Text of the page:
The Dark Horse Review: A Pawn Out of Place

The Dark Horse is two movies in one. It’s a story of inner city kids in New Zealand learning something inner city kids don’t usually learn. It’s also a rich portrayal of mental illness. The film interweaves these two things rather successfully throughout, never leaving one off the table when it counts most. Cliff Curtis gives a rousing performance as both mentor and man in recovery. But with so many moving parts, the film suffers from awkward tonal shifts that plague it’s overlong runtime.

Homeless and off his meds, Genesis (Curtis) finds inspiration in a chess club for the inner city kids. A master of the game himself, and a hit with the kids, he finds a path to help the community and his family by way of the king of all board games. But chess is a hard game to make interesting on the big screen. The script instead relied on obvious symbolism between the names of the pieces and the kids in the club. Everyone has their part to play, and some lose, but they’re a collective team. Sometimes inspiring but more so nauseating, the cuter moments don’t play well against the more melodramatic bits. This is a film where serious gang violence is as common as a “checkmate.”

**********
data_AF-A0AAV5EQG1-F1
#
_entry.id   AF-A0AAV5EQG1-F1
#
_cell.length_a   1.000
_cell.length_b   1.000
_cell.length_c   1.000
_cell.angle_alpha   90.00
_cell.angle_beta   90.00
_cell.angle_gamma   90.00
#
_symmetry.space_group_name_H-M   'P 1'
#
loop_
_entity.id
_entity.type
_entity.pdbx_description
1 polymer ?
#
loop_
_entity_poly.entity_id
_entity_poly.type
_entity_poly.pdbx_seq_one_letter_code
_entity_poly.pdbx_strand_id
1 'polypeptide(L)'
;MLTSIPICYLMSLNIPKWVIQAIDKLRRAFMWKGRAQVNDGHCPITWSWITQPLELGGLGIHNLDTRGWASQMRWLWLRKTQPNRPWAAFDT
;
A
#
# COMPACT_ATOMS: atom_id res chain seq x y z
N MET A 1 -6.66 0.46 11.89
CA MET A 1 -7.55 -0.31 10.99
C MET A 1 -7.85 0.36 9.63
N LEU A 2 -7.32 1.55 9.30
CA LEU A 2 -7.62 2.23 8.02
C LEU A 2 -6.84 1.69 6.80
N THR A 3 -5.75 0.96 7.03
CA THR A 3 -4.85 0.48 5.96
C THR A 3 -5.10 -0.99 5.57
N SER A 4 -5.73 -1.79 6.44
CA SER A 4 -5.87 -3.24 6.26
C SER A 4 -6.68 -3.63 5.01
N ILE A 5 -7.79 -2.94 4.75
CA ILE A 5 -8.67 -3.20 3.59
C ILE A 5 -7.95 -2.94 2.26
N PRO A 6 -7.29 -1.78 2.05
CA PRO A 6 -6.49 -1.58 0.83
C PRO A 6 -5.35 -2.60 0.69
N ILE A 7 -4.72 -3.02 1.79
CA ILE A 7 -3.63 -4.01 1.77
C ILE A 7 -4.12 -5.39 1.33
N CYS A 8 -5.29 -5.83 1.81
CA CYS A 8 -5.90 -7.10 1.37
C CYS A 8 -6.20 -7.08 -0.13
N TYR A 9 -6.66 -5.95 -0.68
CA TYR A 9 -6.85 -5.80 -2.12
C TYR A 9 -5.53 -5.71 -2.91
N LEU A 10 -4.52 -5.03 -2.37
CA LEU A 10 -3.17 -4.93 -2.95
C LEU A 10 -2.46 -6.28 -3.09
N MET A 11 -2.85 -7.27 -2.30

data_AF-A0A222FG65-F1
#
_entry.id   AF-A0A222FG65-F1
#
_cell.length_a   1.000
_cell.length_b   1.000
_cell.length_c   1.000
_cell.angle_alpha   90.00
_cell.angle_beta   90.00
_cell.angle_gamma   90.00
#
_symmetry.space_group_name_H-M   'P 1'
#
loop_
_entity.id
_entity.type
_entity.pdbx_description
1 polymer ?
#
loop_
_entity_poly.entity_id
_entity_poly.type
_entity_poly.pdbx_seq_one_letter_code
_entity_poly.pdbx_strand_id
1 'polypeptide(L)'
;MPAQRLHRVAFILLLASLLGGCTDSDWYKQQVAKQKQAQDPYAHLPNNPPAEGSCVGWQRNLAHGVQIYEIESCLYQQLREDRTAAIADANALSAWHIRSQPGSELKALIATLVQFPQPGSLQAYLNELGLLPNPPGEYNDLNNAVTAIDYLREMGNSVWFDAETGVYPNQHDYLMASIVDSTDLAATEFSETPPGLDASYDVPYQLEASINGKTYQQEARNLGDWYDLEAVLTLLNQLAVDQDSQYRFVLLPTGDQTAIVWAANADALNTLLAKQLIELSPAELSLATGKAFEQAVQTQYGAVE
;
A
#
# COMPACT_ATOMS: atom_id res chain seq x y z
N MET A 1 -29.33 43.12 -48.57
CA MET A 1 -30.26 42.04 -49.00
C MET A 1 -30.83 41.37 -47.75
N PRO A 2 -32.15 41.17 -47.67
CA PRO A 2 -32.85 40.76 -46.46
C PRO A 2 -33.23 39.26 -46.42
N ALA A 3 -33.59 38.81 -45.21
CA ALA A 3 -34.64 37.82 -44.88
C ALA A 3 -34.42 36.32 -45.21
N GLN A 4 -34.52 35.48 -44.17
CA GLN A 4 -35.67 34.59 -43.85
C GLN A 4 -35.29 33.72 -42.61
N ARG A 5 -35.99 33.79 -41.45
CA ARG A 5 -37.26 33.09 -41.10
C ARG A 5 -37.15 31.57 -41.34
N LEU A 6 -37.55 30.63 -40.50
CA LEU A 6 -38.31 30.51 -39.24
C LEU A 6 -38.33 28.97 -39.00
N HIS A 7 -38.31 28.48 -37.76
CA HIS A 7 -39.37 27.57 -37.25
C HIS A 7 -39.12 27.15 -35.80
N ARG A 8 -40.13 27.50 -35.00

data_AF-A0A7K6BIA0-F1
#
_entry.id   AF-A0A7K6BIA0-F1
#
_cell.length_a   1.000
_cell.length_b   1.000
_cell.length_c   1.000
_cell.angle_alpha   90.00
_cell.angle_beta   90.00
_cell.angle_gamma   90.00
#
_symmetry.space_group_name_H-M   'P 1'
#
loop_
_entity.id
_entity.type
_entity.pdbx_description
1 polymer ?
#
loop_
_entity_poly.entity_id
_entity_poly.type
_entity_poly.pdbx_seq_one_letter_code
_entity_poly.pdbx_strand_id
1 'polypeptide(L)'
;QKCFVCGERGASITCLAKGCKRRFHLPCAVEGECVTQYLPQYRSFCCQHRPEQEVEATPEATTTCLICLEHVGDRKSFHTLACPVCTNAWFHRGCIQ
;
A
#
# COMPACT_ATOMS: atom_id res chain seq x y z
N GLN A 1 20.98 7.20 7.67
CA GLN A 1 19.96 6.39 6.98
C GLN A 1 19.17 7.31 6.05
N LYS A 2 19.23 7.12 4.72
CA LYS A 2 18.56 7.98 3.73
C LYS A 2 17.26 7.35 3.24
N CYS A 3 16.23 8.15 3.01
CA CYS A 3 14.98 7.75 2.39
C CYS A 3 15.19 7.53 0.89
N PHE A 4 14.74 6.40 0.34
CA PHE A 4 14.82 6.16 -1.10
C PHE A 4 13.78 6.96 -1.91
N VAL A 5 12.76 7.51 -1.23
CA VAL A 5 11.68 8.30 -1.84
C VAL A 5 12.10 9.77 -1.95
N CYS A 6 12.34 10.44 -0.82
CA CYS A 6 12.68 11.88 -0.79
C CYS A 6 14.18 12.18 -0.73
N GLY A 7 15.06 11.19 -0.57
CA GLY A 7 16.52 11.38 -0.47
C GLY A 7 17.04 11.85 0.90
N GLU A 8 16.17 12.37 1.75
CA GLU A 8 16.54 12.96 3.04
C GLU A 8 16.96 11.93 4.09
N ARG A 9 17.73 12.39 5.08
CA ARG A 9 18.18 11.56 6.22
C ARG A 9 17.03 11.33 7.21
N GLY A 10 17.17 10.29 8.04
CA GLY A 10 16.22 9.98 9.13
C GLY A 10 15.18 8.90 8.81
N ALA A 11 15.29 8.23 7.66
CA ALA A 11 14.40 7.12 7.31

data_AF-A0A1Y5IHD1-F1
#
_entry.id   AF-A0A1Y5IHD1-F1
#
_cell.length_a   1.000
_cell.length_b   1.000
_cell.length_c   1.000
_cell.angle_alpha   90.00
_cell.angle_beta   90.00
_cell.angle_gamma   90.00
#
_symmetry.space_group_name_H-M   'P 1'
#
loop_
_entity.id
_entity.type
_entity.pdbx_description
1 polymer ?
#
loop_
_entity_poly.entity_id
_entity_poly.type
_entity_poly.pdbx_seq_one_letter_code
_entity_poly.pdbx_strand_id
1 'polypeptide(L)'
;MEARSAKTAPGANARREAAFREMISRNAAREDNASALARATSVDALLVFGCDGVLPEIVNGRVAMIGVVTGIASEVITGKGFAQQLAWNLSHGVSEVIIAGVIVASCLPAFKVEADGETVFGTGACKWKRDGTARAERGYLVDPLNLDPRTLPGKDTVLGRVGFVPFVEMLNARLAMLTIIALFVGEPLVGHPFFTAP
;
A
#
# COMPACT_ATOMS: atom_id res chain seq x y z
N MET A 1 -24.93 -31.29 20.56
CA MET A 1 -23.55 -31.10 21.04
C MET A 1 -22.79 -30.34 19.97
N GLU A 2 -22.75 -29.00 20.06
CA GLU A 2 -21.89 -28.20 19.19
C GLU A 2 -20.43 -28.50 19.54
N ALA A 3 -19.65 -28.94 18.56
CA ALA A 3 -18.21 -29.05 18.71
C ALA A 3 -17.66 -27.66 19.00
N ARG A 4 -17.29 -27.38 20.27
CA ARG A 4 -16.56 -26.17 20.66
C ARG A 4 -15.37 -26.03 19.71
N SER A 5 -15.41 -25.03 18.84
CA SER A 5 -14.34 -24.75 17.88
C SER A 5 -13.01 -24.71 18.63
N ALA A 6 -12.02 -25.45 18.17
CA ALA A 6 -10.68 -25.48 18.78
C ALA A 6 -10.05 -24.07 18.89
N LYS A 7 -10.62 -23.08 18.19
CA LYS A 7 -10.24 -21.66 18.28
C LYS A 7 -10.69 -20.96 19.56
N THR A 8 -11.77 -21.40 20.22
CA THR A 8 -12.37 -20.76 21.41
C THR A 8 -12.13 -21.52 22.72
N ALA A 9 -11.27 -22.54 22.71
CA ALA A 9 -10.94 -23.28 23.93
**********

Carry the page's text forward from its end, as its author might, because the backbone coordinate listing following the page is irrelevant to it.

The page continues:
Based on a true story, it’s not entirely writer-director James Napier Robertson’s fault for simply bringing this complex story to the big screen with all its opposing forces intact. But the tone being all over the place never gives the audience a chance to settle or let the emotional moments hit before something of the complete opposite mood hits in the very next scene. Still charged by Curtis’ brave and grounded performance though, The Dark Horse is a flawed beast unsure of how to get its point across that still finds some success. Grade: B-

By Matt Dougherty

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